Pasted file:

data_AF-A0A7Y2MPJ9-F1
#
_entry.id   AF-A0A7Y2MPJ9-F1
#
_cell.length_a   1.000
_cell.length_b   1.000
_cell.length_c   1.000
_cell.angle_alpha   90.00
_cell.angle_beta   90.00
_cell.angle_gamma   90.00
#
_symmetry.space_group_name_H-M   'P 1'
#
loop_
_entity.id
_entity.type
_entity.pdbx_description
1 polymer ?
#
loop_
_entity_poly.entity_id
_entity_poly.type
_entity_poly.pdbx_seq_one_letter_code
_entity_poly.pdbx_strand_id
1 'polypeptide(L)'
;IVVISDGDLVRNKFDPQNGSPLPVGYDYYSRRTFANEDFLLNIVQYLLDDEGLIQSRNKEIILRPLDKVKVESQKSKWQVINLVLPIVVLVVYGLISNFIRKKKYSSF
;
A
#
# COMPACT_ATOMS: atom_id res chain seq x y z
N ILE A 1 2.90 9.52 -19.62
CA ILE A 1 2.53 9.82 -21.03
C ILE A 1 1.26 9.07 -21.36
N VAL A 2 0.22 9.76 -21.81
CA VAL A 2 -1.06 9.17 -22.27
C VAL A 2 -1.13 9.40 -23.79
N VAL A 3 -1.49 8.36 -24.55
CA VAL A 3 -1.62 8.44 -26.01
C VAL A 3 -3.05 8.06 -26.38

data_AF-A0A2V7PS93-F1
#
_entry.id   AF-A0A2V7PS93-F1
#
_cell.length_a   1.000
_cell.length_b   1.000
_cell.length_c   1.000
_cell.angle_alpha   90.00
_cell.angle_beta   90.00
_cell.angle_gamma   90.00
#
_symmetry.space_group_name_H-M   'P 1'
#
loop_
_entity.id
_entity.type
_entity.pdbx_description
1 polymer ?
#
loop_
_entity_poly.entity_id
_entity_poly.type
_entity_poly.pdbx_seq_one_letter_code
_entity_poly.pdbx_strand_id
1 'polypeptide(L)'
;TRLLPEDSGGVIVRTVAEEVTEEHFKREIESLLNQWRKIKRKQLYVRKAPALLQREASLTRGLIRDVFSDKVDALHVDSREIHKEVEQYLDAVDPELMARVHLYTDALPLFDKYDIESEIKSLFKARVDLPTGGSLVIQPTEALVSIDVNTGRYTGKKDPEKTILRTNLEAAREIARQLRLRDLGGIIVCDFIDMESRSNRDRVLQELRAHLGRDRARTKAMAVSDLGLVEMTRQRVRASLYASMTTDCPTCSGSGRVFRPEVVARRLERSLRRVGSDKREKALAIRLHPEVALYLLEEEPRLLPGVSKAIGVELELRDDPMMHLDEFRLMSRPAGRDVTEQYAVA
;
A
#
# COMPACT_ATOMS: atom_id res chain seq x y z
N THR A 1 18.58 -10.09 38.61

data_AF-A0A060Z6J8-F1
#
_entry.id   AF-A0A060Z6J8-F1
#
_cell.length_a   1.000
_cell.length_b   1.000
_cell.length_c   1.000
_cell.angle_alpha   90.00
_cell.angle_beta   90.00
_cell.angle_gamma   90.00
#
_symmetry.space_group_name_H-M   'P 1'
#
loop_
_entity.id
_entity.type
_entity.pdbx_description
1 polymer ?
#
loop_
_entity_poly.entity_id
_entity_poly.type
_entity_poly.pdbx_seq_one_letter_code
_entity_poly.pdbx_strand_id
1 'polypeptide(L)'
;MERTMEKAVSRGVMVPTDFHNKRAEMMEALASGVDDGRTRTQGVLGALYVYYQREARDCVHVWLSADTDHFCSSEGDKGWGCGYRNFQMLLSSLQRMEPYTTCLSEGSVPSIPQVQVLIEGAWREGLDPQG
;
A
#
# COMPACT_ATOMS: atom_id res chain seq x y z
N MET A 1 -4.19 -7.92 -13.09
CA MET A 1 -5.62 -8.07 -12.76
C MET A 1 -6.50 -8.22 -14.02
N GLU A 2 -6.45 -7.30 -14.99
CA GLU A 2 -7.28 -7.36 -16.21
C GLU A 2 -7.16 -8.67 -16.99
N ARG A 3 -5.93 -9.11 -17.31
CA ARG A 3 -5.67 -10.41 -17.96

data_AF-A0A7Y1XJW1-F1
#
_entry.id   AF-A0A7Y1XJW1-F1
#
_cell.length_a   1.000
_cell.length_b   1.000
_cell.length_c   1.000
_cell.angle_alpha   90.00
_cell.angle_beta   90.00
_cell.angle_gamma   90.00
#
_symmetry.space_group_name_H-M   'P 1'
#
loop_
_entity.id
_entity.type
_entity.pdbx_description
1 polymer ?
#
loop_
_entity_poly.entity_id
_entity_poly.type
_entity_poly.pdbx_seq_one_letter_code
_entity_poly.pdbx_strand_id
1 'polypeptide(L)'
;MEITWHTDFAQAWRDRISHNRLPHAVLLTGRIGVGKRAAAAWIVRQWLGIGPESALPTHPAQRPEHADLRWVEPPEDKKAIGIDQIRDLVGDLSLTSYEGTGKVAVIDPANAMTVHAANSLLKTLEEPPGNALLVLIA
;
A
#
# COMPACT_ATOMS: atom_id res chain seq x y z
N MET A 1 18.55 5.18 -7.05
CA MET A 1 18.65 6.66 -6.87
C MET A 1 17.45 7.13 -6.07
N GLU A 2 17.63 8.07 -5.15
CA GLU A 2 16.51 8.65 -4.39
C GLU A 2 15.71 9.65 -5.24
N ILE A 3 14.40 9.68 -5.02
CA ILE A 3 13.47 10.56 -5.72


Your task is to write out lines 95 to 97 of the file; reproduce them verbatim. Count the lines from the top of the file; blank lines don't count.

1 'polypeptide(L)'
;MERTMEKAVSRGVMVPTDFHNKRAEMMEALASGVDDGRTRTQGVLGALYVYYQREARDCVHVWLSADTDHFCSSEGDKGWGCGYRNFQMLLSSLQRMEPYTTCLSEGSVPSIPQVQVLIEGAWREGLDPQG
;